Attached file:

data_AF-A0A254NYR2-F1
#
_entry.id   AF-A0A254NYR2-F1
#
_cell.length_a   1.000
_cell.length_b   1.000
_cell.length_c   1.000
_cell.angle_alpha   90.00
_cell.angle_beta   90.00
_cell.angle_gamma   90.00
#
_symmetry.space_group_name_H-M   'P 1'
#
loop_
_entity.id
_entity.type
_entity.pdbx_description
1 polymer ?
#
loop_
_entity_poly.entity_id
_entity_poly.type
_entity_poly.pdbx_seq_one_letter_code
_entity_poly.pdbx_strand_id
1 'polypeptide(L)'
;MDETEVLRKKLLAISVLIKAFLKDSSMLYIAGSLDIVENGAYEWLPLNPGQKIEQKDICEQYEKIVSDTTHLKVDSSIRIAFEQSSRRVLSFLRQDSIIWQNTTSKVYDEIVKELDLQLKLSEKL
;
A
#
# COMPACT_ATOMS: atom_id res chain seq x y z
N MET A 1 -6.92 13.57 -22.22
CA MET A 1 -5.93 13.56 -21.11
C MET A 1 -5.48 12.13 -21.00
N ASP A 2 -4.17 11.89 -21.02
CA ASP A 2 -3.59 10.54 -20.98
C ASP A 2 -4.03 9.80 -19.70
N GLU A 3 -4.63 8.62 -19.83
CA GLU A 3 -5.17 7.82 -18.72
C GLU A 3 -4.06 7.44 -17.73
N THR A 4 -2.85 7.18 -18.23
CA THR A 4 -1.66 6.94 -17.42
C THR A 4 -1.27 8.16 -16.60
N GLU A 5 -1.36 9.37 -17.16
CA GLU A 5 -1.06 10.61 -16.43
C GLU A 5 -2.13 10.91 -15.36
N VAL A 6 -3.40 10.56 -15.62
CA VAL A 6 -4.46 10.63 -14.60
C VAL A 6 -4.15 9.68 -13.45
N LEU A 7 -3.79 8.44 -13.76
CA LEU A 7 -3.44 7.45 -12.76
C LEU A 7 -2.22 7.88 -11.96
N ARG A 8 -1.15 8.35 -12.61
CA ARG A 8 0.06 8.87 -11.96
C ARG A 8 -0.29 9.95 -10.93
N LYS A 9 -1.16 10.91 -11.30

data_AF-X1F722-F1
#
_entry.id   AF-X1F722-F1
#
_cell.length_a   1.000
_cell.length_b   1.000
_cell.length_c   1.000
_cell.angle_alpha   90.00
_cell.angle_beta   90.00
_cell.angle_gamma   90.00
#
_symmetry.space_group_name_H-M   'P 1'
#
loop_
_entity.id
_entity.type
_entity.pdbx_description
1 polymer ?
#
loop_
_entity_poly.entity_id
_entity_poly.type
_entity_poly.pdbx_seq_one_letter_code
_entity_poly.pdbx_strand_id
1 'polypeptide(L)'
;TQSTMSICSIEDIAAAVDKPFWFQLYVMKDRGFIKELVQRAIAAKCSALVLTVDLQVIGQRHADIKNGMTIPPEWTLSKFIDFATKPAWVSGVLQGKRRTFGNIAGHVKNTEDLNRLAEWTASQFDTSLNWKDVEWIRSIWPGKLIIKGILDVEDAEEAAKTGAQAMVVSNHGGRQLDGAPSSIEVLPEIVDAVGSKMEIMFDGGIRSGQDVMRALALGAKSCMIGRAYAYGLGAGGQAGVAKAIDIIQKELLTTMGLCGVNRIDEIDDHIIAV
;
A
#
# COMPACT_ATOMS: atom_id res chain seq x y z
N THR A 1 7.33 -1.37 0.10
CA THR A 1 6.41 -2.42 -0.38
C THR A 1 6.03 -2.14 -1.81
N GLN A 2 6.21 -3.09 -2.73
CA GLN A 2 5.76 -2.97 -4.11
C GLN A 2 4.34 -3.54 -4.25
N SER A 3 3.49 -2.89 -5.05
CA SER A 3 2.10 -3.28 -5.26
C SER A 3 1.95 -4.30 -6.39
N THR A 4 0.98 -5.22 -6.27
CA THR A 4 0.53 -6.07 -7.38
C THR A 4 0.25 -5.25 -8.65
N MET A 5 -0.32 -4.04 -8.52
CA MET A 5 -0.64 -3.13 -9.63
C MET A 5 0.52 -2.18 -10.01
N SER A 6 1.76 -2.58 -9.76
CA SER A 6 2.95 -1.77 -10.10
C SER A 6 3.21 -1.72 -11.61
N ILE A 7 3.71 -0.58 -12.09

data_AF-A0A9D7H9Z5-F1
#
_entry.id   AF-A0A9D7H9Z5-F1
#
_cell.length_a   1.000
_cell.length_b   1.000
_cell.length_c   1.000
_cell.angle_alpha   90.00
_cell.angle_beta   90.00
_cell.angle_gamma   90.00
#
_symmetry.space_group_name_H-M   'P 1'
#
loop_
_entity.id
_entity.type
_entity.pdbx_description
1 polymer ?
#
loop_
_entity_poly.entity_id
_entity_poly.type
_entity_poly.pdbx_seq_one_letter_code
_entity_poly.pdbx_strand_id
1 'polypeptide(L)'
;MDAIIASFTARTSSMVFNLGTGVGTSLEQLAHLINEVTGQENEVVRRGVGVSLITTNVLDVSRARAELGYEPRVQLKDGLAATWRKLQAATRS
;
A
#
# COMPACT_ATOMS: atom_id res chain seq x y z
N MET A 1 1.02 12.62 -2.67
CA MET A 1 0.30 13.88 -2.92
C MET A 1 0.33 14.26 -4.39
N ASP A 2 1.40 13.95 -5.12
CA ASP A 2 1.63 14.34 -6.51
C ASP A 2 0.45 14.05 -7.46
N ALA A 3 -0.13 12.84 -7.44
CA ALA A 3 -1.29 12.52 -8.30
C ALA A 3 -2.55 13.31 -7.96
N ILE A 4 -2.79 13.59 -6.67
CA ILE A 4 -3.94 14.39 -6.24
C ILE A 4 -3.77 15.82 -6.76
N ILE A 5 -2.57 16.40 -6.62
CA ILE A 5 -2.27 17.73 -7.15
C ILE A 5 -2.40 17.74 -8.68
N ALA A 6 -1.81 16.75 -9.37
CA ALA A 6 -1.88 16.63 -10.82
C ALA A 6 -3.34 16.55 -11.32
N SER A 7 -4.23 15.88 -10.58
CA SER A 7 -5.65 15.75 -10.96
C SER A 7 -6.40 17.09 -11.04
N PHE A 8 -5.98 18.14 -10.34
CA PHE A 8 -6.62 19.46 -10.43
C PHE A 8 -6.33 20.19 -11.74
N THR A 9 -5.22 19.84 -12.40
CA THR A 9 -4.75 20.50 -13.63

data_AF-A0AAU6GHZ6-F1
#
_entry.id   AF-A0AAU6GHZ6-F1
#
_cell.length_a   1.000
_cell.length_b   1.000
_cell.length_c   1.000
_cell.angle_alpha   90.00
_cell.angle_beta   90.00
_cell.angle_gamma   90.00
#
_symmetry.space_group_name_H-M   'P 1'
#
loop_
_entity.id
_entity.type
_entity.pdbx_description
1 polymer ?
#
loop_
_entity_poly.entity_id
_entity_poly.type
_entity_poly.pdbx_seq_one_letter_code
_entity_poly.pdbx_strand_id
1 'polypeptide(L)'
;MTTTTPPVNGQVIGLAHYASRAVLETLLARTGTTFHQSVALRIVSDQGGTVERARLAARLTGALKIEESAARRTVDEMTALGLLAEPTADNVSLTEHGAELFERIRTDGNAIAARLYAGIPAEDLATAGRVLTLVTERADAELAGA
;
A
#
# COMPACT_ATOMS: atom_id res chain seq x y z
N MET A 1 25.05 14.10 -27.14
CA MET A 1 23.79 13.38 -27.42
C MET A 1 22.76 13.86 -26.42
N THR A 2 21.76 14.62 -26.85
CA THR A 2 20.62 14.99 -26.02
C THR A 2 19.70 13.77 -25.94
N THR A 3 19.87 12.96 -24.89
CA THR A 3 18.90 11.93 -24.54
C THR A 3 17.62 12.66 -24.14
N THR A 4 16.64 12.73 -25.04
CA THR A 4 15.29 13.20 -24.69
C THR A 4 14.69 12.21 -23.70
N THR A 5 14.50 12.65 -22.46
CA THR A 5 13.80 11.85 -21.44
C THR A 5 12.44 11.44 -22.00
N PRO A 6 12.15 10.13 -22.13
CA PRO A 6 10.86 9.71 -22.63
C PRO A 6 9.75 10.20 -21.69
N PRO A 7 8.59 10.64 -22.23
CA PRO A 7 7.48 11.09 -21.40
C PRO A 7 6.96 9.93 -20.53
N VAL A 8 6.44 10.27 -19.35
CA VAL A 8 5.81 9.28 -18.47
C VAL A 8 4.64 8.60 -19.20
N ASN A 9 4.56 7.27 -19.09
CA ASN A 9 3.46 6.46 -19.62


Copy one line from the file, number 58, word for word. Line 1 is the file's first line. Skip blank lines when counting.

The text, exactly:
_entry.id   AF-X1F722-F1